By Ken Epstein
The announcement that the Oakland Unified School District is planning to close up to 24 schools in the next few years, starting with Roots International Academy in East Oakland in June, is stirring concern throughout the city.
“We need to protect and strengthen our public schools, including to protect neighborhood schools for the
areas being proposed disproportionate closures,” said Councilmember-at-Large Rebecca Kaplan.
Though names of most of the schools facing closure have not yet been released, they are all located in poorer neighborhoods in East and West Oakland. None are located in the more affluent Oakland hills, and none are charter schools.
Councilmember Noel Gallo, who represents the Fruitvale District in East Oakland, says the school district needs to do a better job of improving performance and marketing its schools to the local families.
“I know we’ve got to balance the budget, but we have to be very selective in what schools we choose to close – because we are going to lose more families. I’ve seen that in the past,” said Gallo, who served 20 years on the school board before being elected to the City Council.
Newly elected Councilmember Loren Taylor represents District 6, which is where Roots Academy is located, is reaching out to learn more about the issue.
“I know there are some financial realities, but it’s important that we look at the needs of the community in all the planning,” said Taylor. “I’m in the
process of meeting with school board members and members of the school community so I can have a
fuller perspective on what’s going on.”
Esther Goolsby, a community leader and longtime East Oakland resident, says she is deeply concerned that OUSD is closing public schools, promoting charter schools and preparing to sell public school property to
“What do they want to do with this land?” she asked. “I’m sure they already have plans. They want housing for the new people with the new money.”
“Who are the people (in the school district, the city and the state) who are making these decisions? What are their morals and their values?” she asked. “They talk about an Oakland Promise, but none of their actions change this cycle (of school neglect) that has been happening for years.”
The only way to change the situation will be through community organizing, said Goolsby.
Pamela Drake of the Wellstone Democratic Club and the Block-by-Block Organizing Network said she has seen the district close schools and cut educational programs for years.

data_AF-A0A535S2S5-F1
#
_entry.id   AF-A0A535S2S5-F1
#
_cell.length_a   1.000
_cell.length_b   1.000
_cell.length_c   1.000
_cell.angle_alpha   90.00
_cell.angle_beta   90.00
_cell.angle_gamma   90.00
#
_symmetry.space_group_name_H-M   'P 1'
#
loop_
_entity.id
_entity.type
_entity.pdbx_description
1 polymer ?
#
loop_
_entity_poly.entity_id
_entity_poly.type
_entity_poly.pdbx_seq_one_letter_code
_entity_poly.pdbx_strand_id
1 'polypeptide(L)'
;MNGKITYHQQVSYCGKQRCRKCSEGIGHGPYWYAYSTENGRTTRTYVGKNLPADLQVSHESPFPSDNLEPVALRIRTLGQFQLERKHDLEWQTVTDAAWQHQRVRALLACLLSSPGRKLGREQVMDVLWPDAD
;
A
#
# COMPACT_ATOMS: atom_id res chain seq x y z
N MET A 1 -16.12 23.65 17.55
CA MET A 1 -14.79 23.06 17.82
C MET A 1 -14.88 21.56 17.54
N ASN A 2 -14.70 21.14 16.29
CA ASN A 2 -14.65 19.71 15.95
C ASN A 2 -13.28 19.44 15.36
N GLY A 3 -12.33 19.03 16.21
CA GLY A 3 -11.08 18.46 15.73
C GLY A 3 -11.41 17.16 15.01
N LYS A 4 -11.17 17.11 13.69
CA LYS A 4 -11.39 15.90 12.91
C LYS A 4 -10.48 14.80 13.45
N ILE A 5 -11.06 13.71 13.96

“Year after year, the parents go begging for schools they love and the teachers the love,” said Drake. “I hate to see a school closed that teachers and parents care about. It seems a real tragedy.”
Sylvester Hodges, a former school board member and president of the McClymonds High School Centennial Alumni Committee, says the school board and district administration are betraying their responsibility to the public.
“They are giving up on public education,” he said. “They are selling or giving up on public schools. They are helping to destroy the school system that was designed for the public.”
The growth of charter schools nationally and locally represents a “reversal of integration,” creating a new school system that is “separate and unequal,” he said.
“School officials are contracting out their responsibilities,” Hodges continued. “I think they should all resign from their positions. They are not qualified to handle the problems facing the Oakland
The teachers’ union, the Oakland Education (OEA), says school closings are a threat to the continued existence of public education as the district moves into high gear in its merger with charter school
organizations, noting that Oakland is now in danger of following in the footsteps of New Orleans.
“The privatizers on the New Orleans school board handed the very last public school in the city over to a charter company (in December). There are no more public schools left in New Orleans,” according to statement on Facebook released by the OEA.
“Wonder why OUSD is threatening to close 24 public schools in the flatlands when our city’s population is growing? The same people who privatized New Orleans schools have their sights set on Oakland and are trying to push our public school system past the point of no return,” the OEA statement said.
“We won’t let them privatize our schools. We will fight for justice, equity and democracy. We will fight for the schools our students deserve.”
By the Oakland Post’s deadline, Mayor Libby Schaaf, a charter school supporter, did not respond to request for a comment on school closures.
Published January 3, 2019, courtesy of the Oakland Post